Wednesday, August 26, 2009
Thursday, August 20, 2009
First of all, one half of the quilt had a double layer of flannel backing. I certainly can't figure out why. That area of the backing has a seam across it, so maybe whoever made it decided to add a second layer in case the seam came apart??? It is stitched with tiny machine stitches, though, so I don't think it ever would!
Then there's the filler. The batting appears to be cotton (and giving it the flame test, it burns like cotton). It is creamy in color and very smooth, not at all lumpy. I do not see any seeds in it. It reminds me of batting they used in the seats of early cars. It is between a layer of muslin on one side and flannel on the other, tacked in place with neat tacking stitches (short on one side and long on the other).
I have never seen batting like this in a quilt. I might have to ask one of the "experts" about it. It's little surprises like this that remind me how clever and resourceful quilters can be! :)
P.S. The quilt top is definitely feed sacks and the blocks are machine pieced. I plan to soak it in mild soap to see if it will come clean.
Thursday, August 13, 2009
A friend gave me some clothing from her deceased husband with the request that I make bears for her, her kids and her grandkids from the clothing. I'm making 3 large bears (15") and 4 smaller bears (10"). Even though they aren't fuzzy, they are coming out cute. Instead of bows around their necks, they wear ties--neckties fashioned from some of her husband's ties. I'll show you a photo of the bear family when they are all done.
I started this kind of sewing about 10 years ago. After seeing my things at a local craft fair, a lady brought me clothing from her deceased parents. I made a crazy quilt and several teddy bears for her. Over the years I have made T-shirt quilts, quilts that combined T-shirts and other items of clothing, yo-yo bears from neckties, etc. Several "customers" have said that they couldn't bear to cut into or work with the clothing themselves, but it's ok for a "stranger" to do so. And all have been delighted with the finished products! I find it very rewarding to make these keepsakes for them.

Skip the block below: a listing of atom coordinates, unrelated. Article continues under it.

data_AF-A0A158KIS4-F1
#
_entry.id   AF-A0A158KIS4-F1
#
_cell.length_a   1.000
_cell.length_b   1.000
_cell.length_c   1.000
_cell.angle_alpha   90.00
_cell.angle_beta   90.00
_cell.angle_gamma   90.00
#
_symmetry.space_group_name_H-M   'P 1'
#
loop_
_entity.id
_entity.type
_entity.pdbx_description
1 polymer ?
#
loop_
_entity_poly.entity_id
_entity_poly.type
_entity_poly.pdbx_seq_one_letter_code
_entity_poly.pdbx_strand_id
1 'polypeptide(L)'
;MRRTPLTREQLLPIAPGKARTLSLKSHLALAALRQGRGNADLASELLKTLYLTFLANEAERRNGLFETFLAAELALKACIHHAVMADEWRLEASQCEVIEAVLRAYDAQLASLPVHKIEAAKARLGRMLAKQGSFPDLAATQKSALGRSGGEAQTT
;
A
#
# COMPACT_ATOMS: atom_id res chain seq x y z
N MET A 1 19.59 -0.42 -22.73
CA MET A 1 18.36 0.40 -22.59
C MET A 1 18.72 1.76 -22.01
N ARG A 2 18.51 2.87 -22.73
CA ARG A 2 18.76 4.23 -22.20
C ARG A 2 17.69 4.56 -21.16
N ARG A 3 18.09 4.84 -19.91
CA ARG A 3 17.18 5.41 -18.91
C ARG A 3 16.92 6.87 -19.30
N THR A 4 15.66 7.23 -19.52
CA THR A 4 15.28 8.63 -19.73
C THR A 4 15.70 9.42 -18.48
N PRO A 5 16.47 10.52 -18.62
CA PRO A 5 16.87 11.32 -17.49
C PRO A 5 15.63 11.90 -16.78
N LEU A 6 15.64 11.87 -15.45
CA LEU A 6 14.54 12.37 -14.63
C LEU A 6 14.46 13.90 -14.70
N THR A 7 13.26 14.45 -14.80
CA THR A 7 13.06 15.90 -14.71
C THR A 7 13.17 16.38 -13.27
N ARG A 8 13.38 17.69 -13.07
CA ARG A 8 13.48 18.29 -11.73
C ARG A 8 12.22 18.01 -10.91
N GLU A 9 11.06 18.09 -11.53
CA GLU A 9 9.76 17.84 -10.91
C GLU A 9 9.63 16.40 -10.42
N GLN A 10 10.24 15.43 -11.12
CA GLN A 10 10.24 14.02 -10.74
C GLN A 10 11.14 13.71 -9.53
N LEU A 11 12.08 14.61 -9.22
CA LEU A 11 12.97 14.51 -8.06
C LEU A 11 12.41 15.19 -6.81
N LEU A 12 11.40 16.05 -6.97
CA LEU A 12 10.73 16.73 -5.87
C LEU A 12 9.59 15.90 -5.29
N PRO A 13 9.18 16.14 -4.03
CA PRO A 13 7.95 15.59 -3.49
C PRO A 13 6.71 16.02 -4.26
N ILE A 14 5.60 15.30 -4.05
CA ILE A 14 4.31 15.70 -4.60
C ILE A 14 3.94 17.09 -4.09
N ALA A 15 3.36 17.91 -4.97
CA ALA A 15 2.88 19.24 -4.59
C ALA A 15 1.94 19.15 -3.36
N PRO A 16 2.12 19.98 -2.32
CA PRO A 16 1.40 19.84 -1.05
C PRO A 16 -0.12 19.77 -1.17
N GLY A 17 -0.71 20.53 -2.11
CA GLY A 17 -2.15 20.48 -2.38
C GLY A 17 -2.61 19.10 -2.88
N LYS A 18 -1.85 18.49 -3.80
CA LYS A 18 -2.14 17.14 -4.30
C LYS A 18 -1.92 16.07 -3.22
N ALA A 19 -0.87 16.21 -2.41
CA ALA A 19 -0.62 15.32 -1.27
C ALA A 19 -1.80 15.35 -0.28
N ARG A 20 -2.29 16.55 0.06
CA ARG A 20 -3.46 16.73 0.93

Hope you are working on a rewarding project right now, too!
Monday, August 10, 2009
I love to wander through antique shops. Get me in one and I'm set for a couple of hours. I explore every nook and cranny, looking for quilt-related items--quilts, quilt tops, quilt blocks, fabric pieces, quilt patterns, quilt books, etc, etc. These things are getting harder and harder to find, but once in a while I find a treasure hiding under other things.
Up the street from the quilt shop in Potosi, MO was an antique mall. I couldn't spend as much time there as I usually like to because of the others that were along on the trip. I couldn't dig deep, but I did come across this little quilt. At first glance it is nothing special. Just some 4-patch blocks set with (a bit dirty) white. It has a really thick batting in it. The backing is (a bit dirty) white flannel. And it is tied--small bows of lavender ribbon are tacked in place with white string (perle cotton?). But the fabric in the top is not just any fabric--it is feed sacks, so right away I was interested! I could not find a price on the quilt anywhere--oh, oh!
I decided on a price that I was willing to pay and went in search of the shopkeeper. I asked how much the quilt was and when she replied "$10", I right away said "SOLD"! Talk about thrilled!
When I carried my little bundle out of the shop, my mother-in-law spied it and asked me what in the world I was going to do with it? My reply was that it would become part of one of my quilt talks. What DO I plan to do with it? First of all, I plan to take it apart. I'm curious as to what the thick batting is inside it. I plan to carefully wash the quilt top and study it to see how it was made. Then, I plan to just enjoy it for what it is. Will I re-make it into a different, cleaner little quilt? Only time will tell.
PS--I'll let you know what I find when I get inside it! :)
Tuesday, August 4, 2009
Quilters Corner is my kind of shop. Not only did I see lots of bolts of reproduction fabrics (at great prices, so yes, I bought plenty to add to my stash!), but there were also old quilts and quilt tops around the shop, many with price tags on them. The lady working that day, Sue, was friendly and chatty--very willing to tell us how the shop got started. Seems the owner, Laury Blair, was first into antiques, so collected them and started an antique shop. (One can see many antique furniture pieces in the shop. . .) As part of this, she got into collecting old quilts and that blossomed into the quilt shop. The shop carries a wide variety of quilting fabrics, not just reproductions. There is also a good selection of quilt blocks to embroider, along with books and notions. Sue is a long-arm quilter and has her machine set up in the back of the shop.
Sue went on to say that the future of the shop is uncertain. About 6 weeks ago, Laury passed away suddenly. She was only in her 50's and had just been given a clean bill of health from her doctor! With everything else he has to deal with, her husband is trying to decide if the shop should stay open. It is always sad to hear about a quilt shop closing, but this instance is especially sad. I felt Laury's spirit in the shop that day. Hopefully her husband does too, and will decide to continue on in her memory!
Quilters Corner is at 201 E. High Street, Potosi, MO 63664. Ph: 573-438-6718